This allows individual accounts to choose their own trade-offs between censorship resistance and flexibility. In extreme cases, accounts can pay fees during verification through Uniswap if they so desire, but since anyone can send transactions that affect the state of Uniswap, there is effectively no censorship resistance guarantee for such accounts.

The rough outline of the crList design is as follows:

  1. Proposals can contain one crList, which specifies a list of operations to include, and a list of state object (key, value) pairs that each operation reads. crListThe builder (or anyone else) that accepts must check that all operations pass the validatecheck.
  2. The block is required for every operation in the execution unless the block does not have enough gas remaining, or the current state at the time of execution has edited one of the state objects read by the operation.crList

The remaining complexity of ERC-4337 will only be used for mempool security. In principle, there can be multiple competing ERCs that achieve this goal in different ways, as long as they all follow the same validation and enforcement standards.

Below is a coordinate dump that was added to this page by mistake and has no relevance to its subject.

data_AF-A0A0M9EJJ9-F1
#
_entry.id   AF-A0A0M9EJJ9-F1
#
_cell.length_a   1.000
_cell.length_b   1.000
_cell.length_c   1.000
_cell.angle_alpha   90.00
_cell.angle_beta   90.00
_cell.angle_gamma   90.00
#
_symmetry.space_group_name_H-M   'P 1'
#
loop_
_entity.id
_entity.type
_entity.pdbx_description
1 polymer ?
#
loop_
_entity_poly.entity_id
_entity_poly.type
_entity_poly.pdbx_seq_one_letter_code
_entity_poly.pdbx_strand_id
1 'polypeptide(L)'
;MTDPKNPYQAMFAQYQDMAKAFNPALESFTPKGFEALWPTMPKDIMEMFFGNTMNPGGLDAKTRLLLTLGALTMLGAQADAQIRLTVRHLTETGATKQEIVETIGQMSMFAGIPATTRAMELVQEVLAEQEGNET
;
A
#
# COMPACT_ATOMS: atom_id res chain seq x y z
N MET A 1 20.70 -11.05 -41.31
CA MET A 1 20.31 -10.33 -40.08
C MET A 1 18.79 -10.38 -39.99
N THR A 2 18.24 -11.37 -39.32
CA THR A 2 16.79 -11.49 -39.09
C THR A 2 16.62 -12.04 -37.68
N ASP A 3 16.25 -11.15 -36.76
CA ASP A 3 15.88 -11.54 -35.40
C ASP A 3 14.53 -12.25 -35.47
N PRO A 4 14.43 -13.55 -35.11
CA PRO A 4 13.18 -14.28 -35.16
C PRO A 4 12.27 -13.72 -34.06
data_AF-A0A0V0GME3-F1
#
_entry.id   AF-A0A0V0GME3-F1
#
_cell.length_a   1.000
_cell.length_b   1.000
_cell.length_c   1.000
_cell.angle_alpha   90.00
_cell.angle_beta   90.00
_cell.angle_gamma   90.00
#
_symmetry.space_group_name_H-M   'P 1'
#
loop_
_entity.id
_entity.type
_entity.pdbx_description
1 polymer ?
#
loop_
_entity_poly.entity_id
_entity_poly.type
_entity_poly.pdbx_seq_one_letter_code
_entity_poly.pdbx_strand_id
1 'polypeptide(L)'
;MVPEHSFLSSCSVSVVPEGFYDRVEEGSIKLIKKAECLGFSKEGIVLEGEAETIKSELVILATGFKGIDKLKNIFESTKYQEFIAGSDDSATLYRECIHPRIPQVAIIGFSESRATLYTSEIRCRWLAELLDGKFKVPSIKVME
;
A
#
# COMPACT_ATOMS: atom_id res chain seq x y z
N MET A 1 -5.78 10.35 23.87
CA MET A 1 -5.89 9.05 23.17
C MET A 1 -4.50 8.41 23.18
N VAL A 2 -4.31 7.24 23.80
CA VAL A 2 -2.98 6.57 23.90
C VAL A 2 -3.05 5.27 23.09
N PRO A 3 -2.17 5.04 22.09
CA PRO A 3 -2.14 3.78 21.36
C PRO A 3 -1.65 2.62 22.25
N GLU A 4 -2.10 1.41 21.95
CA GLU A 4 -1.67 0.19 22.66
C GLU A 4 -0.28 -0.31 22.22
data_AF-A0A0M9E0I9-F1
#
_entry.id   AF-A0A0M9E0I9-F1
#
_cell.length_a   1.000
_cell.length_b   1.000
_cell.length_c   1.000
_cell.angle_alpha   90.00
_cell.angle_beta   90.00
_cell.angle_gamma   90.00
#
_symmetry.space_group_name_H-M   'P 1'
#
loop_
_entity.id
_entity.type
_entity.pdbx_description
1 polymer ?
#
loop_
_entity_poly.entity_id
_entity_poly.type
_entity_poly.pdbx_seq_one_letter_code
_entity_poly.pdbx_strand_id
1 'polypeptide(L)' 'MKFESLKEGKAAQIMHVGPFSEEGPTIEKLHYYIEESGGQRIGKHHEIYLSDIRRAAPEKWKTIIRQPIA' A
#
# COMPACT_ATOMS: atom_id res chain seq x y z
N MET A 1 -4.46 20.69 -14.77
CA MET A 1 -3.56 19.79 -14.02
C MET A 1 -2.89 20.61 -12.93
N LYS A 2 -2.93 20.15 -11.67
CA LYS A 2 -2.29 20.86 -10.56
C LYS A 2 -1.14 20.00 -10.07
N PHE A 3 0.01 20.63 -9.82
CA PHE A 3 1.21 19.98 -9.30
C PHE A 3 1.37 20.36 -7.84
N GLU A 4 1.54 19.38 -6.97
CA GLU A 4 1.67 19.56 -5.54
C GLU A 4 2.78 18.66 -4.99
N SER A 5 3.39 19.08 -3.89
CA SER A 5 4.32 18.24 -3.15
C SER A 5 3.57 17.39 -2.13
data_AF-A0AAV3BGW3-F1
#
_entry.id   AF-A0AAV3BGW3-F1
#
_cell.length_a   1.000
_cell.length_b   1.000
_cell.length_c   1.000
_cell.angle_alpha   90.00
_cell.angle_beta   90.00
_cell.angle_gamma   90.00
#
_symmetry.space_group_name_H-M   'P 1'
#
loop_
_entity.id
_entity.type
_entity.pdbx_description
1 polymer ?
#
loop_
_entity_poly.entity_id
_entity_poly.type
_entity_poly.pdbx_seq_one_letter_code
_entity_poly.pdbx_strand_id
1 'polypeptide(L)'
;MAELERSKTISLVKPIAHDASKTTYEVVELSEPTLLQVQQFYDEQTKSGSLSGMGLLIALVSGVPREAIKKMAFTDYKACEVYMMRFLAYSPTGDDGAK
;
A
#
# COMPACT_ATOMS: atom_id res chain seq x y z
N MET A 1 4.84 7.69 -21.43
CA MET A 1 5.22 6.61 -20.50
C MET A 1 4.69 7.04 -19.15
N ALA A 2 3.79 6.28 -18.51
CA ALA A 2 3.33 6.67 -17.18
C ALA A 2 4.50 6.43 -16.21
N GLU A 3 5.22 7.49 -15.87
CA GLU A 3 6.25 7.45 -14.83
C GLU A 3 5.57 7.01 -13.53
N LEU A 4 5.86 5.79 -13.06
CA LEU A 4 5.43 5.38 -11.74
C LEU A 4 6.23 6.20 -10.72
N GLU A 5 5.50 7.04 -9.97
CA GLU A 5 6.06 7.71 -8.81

One disadvantage of this approach is that it is not fully compatible with signature aggregation (as ERC-4337 tries to do): because the protocol does not “understand” the aggregation scheme, it cannot enforce aggregation, malicious builders may incorporate unaggregated operations, and Force the sender to pay the full gas for it. But the inconvenience can be said to be modest.

possible roadmap

short term

  1. Bring ERC-4337 into full production. Ideally, it could be extended with signature aggregation functionality for rollup friendliness.
  2. There should be an easy-to-use browser wallet with access to ERC-4337.
  3. Consider implementing signature aggregation and compression to make ERC-4337 more L2 friendly;
  4. Guide the ERC-4337 ecosystem in the L2 protocol, in which the gas cost problem will be less;

medium term

  1. Implement Verkle tree, add EIP to reduce gas cost;
  2. Add optional EOA-to-ERC-4337 conversion;
  3. Add crList logic at the same time or shortly after PBS rollout;


  1. Consider coercion;

possible alternatives

  1. Consider writing an EIP that includes ERC-4337 equivalent accounts and transactions at the protocol layer and drive its adoption in L2;
  2. Use a censorship-resistant solution that works through axuliary blocks, eliminating the need for user actions to make the Ethereum protocol readable;

Posted by:CoinYuppie,Reprinted with attribution to:
Coinyuppie is an open information publishing platform, all information provided is not related to the views and positions of coinyuppie, and does not constitute any investment and financial advice. Users are expected to carefully screen and prevent risks.